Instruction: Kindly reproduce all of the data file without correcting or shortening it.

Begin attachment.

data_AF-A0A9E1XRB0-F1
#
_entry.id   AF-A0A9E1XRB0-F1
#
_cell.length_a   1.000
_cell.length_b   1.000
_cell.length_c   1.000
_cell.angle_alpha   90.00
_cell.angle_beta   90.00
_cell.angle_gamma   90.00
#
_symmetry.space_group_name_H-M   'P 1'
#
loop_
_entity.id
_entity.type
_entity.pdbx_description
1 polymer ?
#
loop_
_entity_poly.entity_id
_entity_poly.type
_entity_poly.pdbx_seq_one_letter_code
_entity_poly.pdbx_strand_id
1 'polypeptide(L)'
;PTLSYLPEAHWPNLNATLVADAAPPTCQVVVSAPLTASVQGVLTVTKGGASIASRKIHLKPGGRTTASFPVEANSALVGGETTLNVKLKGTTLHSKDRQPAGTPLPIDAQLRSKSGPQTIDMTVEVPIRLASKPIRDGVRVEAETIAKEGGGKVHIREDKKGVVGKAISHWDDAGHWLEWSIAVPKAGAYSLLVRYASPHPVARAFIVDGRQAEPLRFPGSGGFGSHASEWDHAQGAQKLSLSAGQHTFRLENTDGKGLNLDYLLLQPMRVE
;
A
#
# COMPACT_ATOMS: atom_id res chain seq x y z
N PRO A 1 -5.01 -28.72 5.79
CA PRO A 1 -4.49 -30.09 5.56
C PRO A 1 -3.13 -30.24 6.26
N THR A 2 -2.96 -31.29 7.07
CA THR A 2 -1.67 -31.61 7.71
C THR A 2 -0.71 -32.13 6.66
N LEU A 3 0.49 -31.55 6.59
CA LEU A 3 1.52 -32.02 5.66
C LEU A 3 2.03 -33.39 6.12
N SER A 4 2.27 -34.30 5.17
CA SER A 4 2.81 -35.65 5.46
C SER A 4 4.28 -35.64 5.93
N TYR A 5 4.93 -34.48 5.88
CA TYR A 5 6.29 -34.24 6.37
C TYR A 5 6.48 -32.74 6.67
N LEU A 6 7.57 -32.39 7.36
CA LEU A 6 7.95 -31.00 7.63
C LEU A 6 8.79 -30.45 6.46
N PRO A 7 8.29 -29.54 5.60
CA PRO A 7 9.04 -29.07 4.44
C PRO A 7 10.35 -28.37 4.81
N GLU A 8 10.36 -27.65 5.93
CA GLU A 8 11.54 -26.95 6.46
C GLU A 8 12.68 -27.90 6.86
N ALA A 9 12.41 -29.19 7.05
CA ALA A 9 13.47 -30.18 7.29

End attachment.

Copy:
data_AF-A0A9E1XRB0-F1
#
_entry.id   AF-A0A9E1XRB0-F1
#
_cell.length_a   1.000
_cell.length_b   1.000
_cell.length_c   1.000
_cell.angle_alpha   90.00
_cell.angle_beta   90.00
_cell.angle_gamma   90.00
#
_symmetry.space_group_name_H-M   'P 1'
#
loop_
_entity.id
_entity.type
_entity.pdbx_description
1 polymer ?
#
loop_
_entity_poly.entity_id
_entity_poly.type
_entity_poly.pdbx_seq_one_letter_code
_entity_poly.pdbx_strand_id
1 'polypeptide(L)'
;PTLSYLPEAHWPNLNATLVADAAPPTCQVVVSAPLTASVQGVLTVTKGGASIASRKIHLKPGGRTTASFPVEANSALVGGETTLNVKLKGTTLHSKDRQPAGTPLPIDAQLRSKSGPQTIDMTVEVPIRLASKPIRDGVRVEAETIAKEGGGKVHIREDKKGVVGKAISHWDDAGHWLEWSIAVPKAGAYSLLVRYASPHPVARAFIVDGRQAEPLRFPGSGGFGSHASEWDHAQGAQKLSLSAGQHTFRLENTDGKGLNLDYLLLQPMRVE
;
A
#
# COMPACT_ATOMS: atom_id res chain seq x y z
N PRO A 1 -5.01 -28.72 5.79
CA PRO A 1 -4.49 -30.09 5.56
C PRO A 1 -3.13 -30.24 6.26
N THR A 2 -2.96 -31.29 7.07
CA THR A 2 -1.67 -31.61 7.71
C THR A 2 -0.71 -32.13 6.66
N LEU A 3 0.49 -31.55 6.59
CA LEU A 3 1.52 -32.02 5.66
C LEU A 3 2.03 -33.39 6.12
N SER A 4 2.27 -34.30 5.17
CA SER A 4 2.81 -35.65 5.46
C SER A 4 4.28 -35.64 5.93
N TYR A 5 4.93 -34.48 5.88
CA TYR A 5 6.29 -34.24 6.37
C TYR A 5 6.48 -32.74 6.67
N LEU A 6 7.57 -32.39 7.36
CA LEU A 6 7.95 -31.00 7.63
C LEU A 6 8.79 -30.45 6.46
N PRO A 7 8.29 -29.54 5.60
CA PRO A 7 9.04 -29.07 4.44
C PRO A 7 10.35 -28.37 4.81
N GLU A 8 10.36 -27.65 5.93
CA GLU A 8 11.54 -26.95 6.46
C GLU A 8 12.68 -27.90 6.86
N ALA A 9 12.41 -29.19 7.05
CA ALA A 9 13.47 -30.18 7.29